Brookdale president is confident the college won’t lose accreditation
MIDDLETOWN — If Brookdale Community College were to lose its accreditation in 2019, students' eligibility for federal financial aid and their ability to transfer credits to another college would disappear.
But the president of the Monmouth County institution says there's no way that's happening.
President David Stout, in an interview with New Jersey 101.5, said "it's a relatively easy process" to address a warning it received from the Middle States Commission on Higher Education during the college's most recent re-accreditation process — a process that occurs every eight years to ensure colleges are engaging in continuous improvement efforts.
Brookdale was warned this summer that its accreditation is in jeopardy because of insufficient evidence that the institution "is currently in compliance with Standards II (Ethics and Integrity) and Standard V (Educational Effectiveness Assessment)."
"We see this as a situation that's entirely within our hands," Stout said. "There's no way that we won't succeed in this."
Stout said the college is mostly on the hook for not providing enough information about the effectiveness of improvements that had been made at the institution since its last re-accreditation.
The school's already implemented changes based on the Commission's input.
"We've got this," he said. "There's no way that we won't be able to document everything that we need to in order to get that full endorsement of the Middle States Commission."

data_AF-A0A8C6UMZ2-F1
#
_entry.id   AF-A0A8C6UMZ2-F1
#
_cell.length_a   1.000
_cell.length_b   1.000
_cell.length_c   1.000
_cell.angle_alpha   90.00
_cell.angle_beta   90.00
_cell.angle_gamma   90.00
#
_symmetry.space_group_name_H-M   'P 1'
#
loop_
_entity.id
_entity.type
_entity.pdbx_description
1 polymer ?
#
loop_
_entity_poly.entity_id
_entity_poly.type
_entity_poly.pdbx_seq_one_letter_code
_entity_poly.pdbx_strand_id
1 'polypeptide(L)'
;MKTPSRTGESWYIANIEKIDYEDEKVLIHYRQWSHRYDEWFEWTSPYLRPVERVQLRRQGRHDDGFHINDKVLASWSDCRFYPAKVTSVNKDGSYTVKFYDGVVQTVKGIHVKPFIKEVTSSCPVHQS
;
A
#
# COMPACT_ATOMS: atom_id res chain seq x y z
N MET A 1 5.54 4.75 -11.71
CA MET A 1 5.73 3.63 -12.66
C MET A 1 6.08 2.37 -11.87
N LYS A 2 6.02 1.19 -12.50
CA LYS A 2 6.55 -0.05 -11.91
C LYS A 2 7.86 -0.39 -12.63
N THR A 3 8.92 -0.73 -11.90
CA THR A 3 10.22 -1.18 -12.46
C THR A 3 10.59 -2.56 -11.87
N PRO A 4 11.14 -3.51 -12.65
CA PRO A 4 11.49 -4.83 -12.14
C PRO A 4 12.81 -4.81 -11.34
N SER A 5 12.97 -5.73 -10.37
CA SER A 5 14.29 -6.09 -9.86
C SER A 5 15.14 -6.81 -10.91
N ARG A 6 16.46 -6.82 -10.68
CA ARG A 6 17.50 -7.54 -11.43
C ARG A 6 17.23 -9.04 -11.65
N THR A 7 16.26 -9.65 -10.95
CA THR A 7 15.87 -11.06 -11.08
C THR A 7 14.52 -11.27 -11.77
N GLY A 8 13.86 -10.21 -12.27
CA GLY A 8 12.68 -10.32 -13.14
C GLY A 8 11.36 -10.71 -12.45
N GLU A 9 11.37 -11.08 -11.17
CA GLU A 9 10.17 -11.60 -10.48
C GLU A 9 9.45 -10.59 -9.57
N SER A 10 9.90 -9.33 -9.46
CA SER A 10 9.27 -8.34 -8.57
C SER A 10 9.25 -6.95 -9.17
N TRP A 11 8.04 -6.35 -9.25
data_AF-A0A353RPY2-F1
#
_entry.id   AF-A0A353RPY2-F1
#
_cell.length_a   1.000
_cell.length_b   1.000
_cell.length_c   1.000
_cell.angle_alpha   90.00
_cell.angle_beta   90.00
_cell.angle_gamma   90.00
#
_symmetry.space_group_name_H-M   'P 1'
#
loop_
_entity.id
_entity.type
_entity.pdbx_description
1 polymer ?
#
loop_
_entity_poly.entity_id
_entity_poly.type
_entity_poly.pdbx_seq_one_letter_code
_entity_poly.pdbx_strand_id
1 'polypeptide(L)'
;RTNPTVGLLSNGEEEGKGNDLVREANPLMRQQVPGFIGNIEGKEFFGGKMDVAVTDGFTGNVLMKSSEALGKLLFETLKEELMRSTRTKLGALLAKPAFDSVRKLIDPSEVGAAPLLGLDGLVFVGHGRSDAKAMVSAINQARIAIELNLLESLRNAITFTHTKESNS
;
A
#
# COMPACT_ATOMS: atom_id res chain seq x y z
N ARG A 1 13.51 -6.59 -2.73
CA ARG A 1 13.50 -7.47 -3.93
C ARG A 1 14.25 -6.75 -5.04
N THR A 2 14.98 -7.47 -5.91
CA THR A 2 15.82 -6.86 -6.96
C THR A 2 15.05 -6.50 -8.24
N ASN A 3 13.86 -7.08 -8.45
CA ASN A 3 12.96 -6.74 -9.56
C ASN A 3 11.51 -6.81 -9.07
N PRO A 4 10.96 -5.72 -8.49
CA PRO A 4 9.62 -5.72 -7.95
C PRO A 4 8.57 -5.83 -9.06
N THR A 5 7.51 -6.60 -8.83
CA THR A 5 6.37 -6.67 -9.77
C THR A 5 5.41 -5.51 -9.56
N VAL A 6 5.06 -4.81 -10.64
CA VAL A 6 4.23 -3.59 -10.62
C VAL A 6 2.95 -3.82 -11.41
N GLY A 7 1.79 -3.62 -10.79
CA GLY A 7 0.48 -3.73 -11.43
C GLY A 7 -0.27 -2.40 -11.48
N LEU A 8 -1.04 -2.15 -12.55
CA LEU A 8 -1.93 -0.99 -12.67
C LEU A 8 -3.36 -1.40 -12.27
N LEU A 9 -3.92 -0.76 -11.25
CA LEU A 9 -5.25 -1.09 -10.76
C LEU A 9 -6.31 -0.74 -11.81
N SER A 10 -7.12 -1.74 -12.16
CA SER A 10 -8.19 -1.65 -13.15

In a letter dated Oct. 16, Stout assured Brookdale's 12,342 students that the school's accreditation is fully in tact, and students' eligibility for financial aid has not been changed in any way.
According to the Commission's website, Brookdale has until March to issue a report documenting evidence of compliance. A small team of Commission members will visit Brookdale following submission of the report.
Brookdale is listed on the Commission's site as "accredited with warning." It's the first of a few steps that would be taken before the Commission pulls a school's accreditation.
Stout said the college has received some unfortunate media coverage, in light of Middle States' warning, that may unnecessarily worry current or prospective students.
"That might persuade people to think that Brookdale is a mistake because the quality of education is not sound," Stout said. "Brookdale Community College is ranked in the Top 5 percent of all community colleges in the country."
Following reports of the accreditation warning, Freeholder John Curley called for a "thorough and independent investigation" into the school's operations. As the former freeholder liaison to the college, Curley uncovered the misuse of funds that led to the former president's resignation and conviction.
"As a proud graduate of Brookdale Community College, I want to ensure that the students of Monmouth County receive the same great education that I did, and that the taxpayers of Monmouth County know that their money is being spent properly," Curley said in a news release.